China's Huawei Technologies is making an aggressive push into the consumer electronics space, marketing its new smartphones and tablet PCs in glitzy Beijing malls and even a Milan fashion show as it seeks to emerge from decades of obscurity.
Huawei is betting on Google Inc's Android operating system for its smartphones, taking aim at grabbing market share from Apple's iPhone and Samsung Electronics' Galaxy in a move that is pushing the private company to open its once closed doors to the outside technology world.
After repeated requests, Huawei recently granted rare access to a research & development center in Shenzhen, putting on display its new approach and its entry into the consumer space.
The building is dotted with evidence of Huawei's drive for innovation.
On one floor, the R&D team displayed an array of products still in the works -- a 4G network card, a smartphone with a wireless charger and a snazzy smartphone with a see-through case.
Having built itself into the world's No. 2 network equipment provider, with plans to nearly quadruple revenues to $100 billion in ten years, analysts are banking that Huawei is up to its newest consumer market challenge.
I cannot predict if Huawei has the makings to be Asia's next Samsung, but I would definitely not count it out, said Matt Walker, principal analyst at research firm Ovum.
Huawei has surpassed the likes of Alcatel Lucent and Nokia Siemens Networks among gear makers. It now hopes to double its cell phone shipments to 60 million this year, including 15 million smartphones.
We hope to become the world's No. 3 in cell phone shipments and the world's No. 5 in terms of revenues within five years, Victor Xu, chief marketing officer of Huawei Devices, told Reuters as he played around with a Huawei IDEOS smartphone.
Under Huawei's previous direction, consumers weren't able to see our brand on the things we make, Xu added, occasionally slipping into his pocket to grab his personal phone - an iPhone - when it rang. But now we're changing our strategy.
RARE PEEK AT R&D Center
The change in strategy was in evidence when Huawei allowed Reuters exclusive access to its R&D center in China's southern boomtown of Shenzhen recently.
On the walls along the corridor are rows of paper with hand-drawn sketches of cell phone and tablet PC designs. Just around the corner is an unusual 3D printer that spews out plaster-like handset models for the R&D staff to have a look-and-feel of their designs.
Visitors and staff at the center are barred from carrying cameras and flash memory cards to ensure new designs are kept under wraps.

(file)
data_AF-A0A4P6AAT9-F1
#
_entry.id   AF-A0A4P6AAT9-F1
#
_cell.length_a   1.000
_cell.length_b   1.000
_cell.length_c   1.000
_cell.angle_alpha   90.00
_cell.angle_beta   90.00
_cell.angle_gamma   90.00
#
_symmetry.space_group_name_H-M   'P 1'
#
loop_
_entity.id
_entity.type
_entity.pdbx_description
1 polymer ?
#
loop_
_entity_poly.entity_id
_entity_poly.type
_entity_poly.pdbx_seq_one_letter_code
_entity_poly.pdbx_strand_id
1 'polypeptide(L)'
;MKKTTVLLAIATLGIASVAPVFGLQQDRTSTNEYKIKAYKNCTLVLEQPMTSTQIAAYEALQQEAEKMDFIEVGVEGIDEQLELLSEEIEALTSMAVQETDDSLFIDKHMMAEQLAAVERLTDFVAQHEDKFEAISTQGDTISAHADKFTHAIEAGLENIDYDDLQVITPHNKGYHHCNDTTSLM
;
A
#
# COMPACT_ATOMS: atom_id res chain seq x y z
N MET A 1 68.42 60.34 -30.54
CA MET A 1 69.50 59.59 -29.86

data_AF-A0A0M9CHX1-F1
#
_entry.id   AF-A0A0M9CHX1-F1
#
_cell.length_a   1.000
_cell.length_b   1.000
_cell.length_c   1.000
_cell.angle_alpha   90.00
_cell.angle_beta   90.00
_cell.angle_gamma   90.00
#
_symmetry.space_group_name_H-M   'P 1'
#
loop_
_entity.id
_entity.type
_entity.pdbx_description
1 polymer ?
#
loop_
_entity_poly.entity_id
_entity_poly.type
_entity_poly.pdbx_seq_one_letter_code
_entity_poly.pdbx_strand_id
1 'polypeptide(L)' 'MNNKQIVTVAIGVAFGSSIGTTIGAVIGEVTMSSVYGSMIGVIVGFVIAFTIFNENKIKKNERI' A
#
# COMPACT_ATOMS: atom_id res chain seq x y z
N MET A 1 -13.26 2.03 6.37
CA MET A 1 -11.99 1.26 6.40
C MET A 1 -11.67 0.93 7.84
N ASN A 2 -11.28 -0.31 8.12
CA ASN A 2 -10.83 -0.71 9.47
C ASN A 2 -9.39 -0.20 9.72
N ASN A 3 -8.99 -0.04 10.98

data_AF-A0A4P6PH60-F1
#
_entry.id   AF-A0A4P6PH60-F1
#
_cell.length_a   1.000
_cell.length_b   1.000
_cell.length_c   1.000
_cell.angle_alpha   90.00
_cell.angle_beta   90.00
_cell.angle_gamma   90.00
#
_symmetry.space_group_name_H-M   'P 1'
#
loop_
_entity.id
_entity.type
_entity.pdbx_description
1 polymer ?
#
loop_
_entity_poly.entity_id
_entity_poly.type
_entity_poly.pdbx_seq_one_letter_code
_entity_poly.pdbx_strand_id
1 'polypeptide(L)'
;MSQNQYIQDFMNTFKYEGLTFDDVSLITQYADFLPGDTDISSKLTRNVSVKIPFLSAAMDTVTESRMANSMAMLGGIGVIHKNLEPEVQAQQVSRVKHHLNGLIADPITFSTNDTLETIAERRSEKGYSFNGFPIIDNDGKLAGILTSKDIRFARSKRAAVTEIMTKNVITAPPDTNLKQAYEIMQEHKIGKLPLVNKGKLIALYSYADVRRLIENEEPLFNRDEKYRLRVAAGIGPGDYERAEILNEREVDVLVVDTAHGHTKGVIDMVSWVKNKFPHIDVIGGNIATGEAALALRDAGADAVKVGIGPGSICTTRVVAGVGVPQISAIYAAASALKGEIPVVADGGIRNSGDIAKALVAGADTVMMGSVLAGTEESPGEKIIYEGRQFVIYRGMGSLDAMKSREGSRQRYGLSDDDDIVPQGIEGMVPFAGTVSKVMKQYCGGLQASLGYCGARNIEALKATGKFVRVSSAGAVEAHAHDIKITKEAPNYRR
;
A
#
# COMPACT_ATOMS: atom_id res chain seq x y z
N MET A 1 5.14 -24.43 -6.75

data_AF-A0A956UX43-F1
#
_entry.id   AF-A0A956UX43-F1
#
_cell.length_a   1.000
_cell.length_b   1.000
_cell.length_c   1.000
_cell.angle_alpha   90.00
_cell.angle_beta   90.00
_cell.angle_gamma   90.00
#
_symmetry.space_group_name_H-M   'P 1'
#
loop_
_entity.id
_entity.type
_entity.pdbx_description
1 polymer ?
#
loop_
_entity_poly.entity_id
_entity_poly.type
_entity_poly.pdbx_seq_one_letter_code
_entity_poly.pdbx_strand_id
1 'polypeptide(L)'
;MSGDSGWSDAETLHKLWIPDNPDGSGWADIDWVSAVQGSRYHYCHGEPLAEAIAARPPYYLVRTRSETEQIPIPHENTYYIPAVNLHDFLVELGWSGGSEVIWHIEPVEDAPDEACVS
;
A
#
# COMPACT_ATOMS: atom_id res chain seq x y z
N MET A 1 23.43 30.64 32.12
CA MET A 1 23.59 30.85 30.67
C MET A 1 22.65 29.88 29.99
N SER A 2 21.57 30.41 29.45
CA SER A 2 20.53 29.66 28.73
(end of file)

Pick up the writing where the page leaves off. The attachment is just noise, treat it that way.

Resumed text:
I've noticed a lot of interesting innovations going on in Huawei, said Hagen Fendler, chief design director of handsets, who moved from Germany last year to join Huawei after working for Siemens.
Twenty years ago, virtually no one has heard of Korea's LG Electronics in Europe, but now it's a big brand. I think Huawei will be able to achieve the same in China, said Fendler, one of many foreign R&D staff Huawei has hired globally to beef up its technology and designs.
While Huawei's network equipment has had success globally, one destination remains elusive -- the United States. It hopes smartphones and tablet PCs will help it capture that market.
With its network gear business plateauing in some markets, such as China, Huawei hopes to cash in on fast-growing mobile devices. Selling at about 1,500 yuan, Huawei's smartphones have been sold in markets from Australia to Kenya.
Global smartphone shipments exceeded PC shipments for the first time in the fourth quarter of 2010, with the cell phone market expanding to $341.4 billion by 2015 and smartphone sales contributing to three quarters of that, industry figures showed.
Setting up its own marketing channels instead of relying on distributors is another area Huawei has to work on.
Huawei needs to create a brand that consumers can identify with and it will need its own marketing channels instead of relying just on distributors. From what we see, distributors aren't that keen on selling Huawei's handsets, said Ji Yongqing, author of the Chinese-language book Huawei's World.
Huawei's spectacular growth and global standing have boosted its profile, but its ambitious overseas expansion plans have previously hit roadblocks on suspicions the company maintains links with China's military.
Part of that perception is fed by the extremely low profile kept by its CEO, and his past as an ex-officer with the PLA who founded Huawei 24 years ago with just 21,000 yuan ($3,230). Two decades later, CEO Ren Zhengfei has seen his investment soar.
In the latest edition of Fortune magazine, Ren was ranked the fifth most powerful businessman in Asia, just behind Samsung Group's chairman and CEO Lee Kun-hee.
Underscoring the company's transitive phase, a source says that Ren, a former member of the People's Liberation Army, owns two phones -- one Huawei and the other, an iPhone4
In February, Huawei said it would back away from buying the assets of U.S. server technology firm 3Leaf Technologies for $2 million after the U.S. government raised concerns over national security. [ID:nN19134618] Three years ago, Huawei had to drop a massive investment into U.S. telecom 3Com, under similar pressure from U.S. government officials.
(Additional reporting by Tarmo Virki in HELSINKI; Writing by Lee Chyen Yee; Editing by Anshuman Daga)